Ukrainian military officials are being investigated over collapse of southern defense in early days of the conflict with Russia
Ukrainian law enforcement, including the State Bureau of Investigation (DBR) and the domestic intelligence agency SBU, are probing multiple senior military officials over events in the country’s south on the first day of the ongoing conflict with Moscow, BBC Ukraine reported on Thursday, citing sources.
More than 50 individuals have already been questioned in the investigation, according to the outlet. Law enforcement in the country is seeking to establish the circumstances that made the rapid Russian advance in the country’s south possible, like the failure to destroy bridges connecting the then-Ukrainian Kherson region to Russia’s Crimea peninsula.
The probe is expected to affect the commander of the Ukrainian Armed Forces, General Valery Zaluzhny, BBC Ukraine’s sources suggest. The ongoing criminal investigation has already become known as the “Zaluzhny case,” according to the outlet. Thus far, however, Kiev’s top general has not been summoned by investigators or somehow officially implicated in the case.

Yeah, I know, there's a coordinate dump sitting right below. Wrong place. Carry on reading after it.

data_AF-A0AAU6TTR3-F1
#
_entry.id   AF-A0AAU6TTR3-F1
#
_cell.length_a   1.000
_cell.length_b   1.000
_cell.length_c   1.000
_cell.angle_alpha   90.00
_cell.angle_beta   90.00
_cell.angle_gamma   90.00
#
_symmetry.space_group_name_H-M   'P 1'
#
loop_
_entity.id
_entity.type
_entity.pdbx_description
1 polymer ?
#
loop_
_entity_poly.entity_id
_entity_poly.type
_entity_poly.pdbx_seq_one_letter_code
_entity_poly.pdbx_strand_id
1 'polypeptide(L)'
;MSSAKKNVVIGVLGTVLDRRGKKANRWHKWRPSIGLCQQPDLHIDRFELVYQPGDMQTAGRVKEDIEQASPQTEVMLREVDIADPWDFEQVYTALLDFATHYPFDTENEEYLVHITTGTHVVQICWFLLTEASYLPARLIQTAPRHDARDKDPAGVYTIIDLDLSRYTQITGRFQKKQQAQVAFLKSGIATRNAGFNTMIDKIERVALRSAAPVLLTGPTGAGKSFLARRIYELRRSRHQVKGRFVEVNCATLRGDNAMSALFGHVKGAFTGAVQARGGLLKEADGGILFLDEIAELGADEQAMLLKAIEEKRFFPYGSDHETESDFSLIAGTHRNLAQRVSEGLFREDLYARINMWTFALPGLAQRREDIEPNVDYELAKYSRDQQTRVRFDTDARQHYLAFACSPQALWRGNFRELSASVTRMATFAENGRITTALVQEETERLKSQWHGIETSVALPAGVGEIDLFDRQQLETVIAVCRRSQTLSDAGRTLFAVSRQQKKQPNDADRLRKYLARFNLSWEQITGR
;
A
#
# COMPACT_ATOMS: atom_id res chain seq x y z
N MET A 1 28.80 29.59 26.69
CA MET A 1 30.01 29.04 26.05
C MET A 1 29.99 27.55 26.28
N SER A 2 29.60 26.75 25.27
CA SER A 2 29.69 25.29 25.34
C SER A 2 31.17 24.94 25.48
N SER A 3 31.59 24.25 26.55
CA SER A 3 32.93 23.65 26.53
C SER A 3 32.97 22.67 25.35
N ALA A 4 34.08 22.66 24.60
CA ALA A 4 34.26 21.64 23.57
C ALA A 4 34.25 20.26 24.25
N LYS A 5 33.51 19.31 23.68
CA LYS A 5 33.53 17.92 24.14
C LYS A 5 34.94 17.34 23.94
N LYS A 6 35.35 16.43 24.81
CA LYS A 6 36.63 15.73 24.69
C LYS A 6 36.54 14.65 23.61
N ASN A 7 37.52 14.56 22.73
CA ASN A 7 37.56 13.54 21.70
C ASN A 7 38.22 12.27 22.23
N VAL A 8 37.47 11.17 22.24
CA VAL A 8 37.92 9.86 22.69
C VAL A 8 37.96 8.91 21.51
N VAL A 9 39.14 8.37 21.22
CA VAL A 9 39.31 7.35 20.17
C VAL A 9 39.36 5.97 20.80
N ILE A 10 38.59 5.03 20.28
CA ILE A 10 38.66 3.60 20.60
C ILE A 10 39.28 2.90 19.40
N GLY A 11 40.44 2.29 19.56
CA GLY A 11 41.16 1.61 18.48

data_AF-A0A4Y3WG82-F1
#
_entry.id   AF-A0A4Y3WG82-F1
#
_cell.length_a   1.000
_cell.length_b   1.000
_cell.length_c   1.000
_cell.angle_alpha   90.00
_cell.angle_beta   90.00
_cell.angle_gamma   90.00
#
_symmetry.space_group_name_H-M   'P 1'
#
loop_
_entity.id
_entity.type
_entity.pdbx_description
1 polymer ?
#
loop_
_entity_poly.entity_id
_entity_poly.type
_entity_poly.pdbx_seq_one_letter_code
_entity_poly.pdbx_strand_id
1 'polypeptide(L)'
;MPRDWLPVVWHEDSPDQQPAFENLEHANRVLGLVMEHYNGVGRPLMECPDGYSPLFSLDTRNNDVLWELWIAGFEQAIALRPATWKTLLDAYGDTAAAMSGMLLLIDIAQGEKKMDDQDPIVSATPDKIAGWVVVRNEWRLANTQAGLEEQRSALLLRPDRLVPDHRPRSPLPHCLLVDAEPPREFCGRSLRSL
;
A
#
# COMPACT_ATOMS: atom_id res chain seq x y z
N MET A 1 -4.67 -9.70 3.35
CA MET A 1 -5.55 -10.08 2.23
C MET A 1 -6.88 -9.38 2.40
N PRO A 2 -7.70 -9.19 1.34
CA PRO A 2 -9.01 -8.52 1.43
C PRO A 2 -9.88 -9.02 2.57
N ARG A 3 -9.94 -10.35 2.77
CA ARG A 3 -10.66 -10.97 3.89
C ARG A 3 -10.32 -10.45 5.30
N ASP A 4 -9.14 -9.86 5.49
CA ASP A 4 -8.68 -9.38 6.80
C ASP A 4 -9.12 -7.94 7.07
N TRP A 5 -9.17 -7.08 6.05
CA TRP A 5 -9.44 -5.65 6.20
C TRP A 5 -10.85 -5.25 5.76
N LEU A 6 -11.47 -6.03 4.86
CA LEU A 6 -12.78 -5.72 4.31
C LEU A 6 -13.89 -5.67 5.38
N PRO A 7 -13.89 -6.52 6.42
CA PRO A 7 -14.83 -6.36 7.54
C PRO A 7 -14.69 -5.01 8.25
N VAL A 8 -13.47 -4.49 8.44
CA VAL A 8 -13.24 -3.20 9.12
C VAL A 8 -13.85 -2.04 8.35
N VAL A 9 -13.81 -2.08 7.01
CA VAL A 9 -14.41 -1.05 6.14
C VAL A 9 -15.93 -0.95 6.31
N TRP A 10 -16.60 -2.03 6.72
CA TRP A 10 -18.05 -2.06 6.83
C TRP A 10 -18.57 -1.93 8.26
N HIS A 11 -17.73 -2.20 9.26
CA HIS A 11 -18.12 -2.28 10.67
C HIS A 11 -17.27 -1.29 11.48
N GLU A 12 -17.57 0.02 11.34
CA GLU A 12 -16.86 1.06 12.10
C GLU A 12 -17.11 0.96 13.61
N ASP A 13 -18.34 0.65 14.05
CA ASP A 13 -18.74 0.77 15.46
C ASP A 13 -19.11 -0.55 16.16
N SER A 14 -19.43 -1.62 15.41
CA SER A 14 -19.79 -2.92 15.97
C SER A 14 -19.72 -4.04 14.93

The general had already testified on the collapse of the Ukrainian defenses in the south before a special commission that was set up to access the situation. Zaluzhny made rather controversial remarks before the commission, insisting that all the effort should be put into fighting war rather than assigning blame and stating that “everyone will have his own truth” on the events of the south, the BBC reported, citing an unnamed participant in the hearings.
Russia launched a large-scale military operation against Ukraine in February 2022, making rapid advances against Ukrainian forces in the first few days of the conflict. Moscow’s troops achieved the most in Ukraine’s south, rapidly breaking through lines of local forces and seizing large swaths of territory, including Zaporozhye Nuclear Power Plant, Europe’s largest, and the city of Kherson, which were captured with only minor fighting.